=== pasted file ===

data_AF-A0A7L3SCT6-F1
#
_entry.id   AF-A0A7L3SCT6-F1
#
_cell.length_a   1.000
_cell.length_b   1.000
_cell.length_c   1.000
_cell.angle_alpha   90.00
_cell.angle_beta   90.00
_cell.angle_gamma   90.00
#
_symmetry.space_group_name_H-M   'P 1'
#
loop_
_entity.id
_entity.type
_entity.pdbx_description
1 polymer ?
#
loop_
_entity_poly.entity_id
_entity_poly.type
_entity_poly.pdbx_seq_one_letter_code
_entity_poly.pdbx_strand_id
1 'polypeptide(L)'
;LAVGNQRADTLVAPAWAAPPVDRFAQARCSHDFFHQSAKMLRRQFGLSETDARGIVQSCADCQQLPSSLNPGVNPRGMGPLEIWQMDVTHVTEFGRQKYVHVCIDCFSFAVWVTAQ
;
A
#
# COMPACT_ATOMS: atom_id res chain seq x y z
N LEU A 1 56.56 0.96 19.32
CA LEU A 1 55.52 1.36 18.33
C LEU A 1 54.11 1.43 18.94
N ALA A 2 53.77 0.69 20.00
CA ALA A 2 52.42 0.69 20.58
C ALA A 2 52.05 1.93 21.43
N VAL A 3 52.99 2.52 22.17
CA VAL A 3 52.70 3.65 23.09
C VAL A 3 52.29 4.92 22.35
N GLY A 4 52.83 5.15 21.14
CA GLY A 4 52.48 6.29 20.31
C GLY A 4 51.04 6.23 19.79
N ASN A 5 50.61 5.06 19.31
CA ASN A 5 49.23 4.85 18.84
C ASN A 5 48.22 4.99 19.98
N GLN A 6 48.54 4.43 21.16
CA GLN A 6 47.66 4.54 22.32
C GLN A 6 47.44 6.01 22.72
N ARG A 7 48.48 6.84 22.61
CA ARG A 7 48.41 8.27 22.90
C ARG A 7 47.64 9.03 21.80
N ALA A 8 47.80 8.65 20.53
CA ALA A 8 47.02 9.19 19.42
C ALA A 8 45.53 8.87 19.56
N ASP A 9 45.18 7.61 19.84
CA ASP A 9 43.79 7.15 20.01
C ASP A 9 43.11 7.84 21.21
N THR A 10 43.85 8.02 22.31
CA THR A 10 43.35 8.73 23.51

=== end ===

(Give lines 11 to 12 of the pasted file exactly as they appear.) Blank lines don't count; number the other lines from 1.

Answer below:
#
_symmetry.space_group_name_H-M   'P 1'